Isao Takahata, co-founder of influential Japanese animation house Studio Ghibli, has died. He was 82.
In a statement released early Friday morning, a Studio Ghibli spokesperson said that Takahata died of lung cancer. His health began dwindling in the summer of 2017, according to Yahoo Japan.
Takahata retired from the studio in 2013, after nearly 30 years working alongside fellow founder Hayao Miyazaki and several other visionary directors. Takahata and Miyazaki were the most visible and acclaimed members of the production team, however, with Takahata producing, writing or directing some of Ghibli’s most emotionally complex films.
Chief among these is Grave of the Fireflies, likely the best known of Takahata’s work. The film is an adaptation of a memoir based on a young brother and sister’s struggle for survival during World War II. It’s both a stunning war film and one of the most devastating stories of love and loss ever committed to screen.
Other works include the masterful Only Yesterday, another coming-of-age drama. The film received its first English-language release in 2016, almost 25 years after its Japanese premiere.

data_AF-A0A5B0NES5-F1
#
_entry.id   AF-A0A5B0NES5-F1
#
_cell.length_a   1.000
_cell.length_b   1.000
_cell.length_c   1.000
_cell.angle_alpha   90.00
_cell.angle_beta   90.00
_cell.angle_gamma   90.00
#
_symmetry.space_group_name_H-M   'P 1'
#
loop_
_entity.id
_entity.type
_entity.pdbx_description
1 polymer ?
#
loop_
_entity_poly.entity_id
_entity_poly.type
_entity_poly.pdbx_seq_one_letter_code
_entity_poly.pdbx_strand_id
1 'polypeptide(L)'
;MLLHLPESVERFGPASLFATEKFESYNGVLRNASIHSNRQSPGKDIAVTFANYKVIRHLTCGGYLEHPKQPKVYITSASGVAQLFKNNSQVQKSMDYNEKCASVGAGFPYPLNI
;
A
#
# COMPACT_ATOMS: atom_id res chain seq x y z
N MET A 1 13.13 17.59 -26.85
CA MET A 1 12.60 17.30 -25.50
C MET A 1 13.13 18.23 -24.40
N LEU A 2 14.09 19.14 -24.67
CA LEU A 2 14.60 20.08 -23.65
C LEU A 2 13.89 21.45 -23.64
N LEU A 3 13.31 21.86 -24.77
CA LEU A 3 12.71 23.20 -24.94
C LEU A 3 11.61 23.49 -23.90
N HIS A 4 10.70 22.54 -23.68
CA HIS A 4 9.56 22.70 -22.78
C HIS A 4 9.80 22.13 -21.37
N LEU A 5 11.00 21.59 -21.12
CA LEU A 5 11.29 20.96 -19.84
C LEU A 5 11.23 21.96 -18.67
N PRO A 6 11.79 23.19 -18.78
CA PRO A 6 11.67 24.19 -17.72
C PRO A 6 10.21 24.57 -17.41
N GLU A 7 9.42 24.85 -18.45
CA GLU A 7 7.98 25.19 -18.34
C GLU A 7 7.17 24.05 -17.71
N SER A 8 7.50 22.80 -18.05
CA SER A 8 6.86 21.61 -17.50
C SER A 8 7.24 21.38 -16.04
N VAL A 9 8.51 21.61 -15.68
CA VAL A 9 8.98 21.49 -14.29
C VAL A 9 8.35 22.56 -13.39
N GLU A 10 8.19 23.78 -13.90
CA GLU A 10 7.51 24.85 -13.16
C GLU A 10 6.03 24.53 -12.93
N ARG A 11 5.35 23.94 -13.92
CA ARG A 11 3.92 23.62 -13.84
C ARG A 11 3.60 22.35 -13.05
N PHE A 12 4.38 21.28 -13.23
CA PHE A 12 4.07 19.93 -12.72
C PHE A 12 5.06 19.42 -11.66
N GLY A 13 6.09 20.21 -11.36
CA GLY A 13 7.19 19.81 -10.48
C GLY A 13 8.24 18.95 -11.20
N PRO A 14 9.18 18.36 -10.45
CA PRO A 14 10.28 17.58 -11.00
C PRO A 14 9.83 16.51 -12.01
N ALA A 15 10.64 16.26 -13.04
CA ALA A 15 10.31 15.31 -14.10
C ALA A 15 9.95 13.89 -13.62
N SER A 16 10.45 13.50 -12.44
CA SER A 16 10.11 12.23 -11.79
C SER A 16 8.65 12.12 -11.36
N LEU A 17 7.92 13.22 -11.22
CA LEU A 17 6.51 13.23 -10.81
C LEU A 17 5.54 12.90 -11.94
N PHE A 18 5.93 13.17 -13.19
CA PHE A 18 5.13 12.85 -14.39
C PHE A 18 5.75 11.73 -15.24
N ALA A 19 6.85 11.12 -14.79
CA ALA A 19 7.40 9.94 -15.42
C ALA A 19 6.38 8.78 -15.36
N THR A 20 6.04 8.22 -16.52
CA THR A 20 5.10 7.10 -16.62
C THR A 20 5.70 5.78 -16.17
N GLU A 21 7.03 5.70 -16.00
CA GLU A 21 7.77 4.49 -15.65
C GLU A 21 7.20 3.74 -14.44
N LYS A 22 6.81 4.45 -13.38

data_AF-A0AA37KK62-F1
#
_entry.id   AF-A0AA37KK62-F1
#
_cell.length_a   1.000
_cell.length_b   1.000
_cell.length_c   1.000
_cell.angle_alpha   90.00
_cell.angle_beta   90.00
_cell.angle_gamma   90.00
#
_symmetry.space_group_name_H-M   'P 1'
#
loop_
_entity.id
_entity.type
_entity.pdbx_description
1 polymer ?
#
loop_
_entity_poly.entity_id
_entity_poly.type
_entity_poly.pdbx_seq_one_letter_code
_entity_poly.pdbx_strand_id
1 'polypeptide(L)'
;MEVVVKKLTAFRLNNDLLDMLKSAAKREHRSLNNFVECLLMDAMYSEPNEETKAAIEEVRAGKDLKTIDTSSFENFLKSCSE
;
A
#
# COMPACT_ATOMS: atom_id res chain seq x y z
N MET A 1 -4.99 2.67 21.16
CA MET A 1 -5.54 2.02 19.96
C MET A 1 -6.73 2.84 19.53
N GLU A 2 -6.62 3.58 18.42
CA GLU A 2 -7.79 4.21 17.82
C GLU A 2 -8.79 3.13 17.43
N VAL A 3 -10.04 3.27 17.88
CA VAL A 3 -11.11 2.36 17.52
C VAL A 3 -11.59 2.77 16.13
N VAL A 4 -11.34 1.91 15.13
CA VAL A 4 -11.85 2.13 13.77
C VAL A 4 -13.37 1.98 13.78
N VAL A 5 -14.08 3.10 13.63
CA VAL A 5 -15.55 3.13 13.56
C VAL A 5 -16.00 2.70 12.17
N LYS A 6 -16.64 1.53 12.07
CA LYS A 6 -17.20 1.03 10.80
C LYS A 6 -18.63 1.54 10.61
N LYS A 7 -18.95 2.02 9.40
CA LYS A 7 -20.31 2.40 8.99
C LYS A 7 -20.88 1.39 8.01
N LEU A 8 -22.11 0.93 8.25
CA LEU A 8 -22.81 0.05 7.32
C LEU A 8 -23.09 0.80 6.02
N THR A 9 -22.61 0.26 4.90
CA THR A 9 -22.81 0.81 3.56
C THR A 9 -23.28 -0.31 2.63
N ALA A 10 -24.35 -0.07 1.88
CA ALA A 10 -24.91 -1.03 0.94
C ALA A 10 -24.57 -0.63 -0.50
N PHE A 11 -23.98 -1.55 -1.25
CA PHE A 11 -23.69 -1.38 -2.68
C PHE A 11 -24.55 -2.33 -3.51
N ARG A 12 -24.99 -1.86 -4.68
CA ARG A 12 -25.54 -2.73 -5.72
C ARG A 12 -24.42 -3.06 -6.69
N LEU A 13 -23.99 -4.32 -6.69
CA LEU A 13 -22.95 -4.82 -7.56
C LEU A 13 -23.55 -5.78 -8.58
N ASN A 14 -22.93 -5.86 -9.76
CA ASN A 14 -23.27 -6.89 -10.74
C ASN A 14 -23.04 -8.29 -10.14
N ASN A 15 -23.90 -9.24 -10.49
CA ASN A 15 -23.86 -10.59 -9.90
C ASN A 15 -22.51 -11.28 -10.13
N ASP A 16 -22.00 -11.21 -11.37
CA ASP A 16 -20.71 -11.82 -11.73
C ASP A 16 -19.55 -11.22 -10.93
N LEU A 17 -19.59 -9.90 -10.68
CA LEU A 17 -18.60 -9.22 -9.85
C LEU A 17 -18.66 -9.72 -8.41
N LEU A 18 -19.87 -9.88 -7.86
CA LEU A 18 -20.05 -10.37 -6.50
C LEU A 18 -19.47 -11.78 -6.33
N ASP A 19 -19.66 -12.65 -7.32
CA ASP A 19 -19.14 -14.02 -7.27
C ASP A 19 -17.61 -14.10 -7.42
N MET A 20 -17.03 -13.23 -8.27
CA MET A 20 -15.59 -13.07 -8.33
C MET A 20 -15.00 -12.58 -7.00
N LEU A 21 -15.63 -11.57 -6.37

Perhaps the most beautiful, if underrated, film in Takahata’s catalogue is his final film before his retirement. It released the same year as his partner Miyazaki’s so-called last Ghibli project, before Miyazaki ended his own retirement. 2013’s The Tale of Princess Kaguya is a sprawling adaptation of the folktale The Tale of the Bamboo Cutter, following the life of its titular lead through circumstances both lovely and heartbreaking.
It’s hard to find any Studio Ghibli film on a streaming service, but each of Takahata’s five feature films are available on Blu-ray and DVD. Each one is absolutely required viewing for cinephiles, with Takahata’s work representing the breadth of what anime is capable of at its best.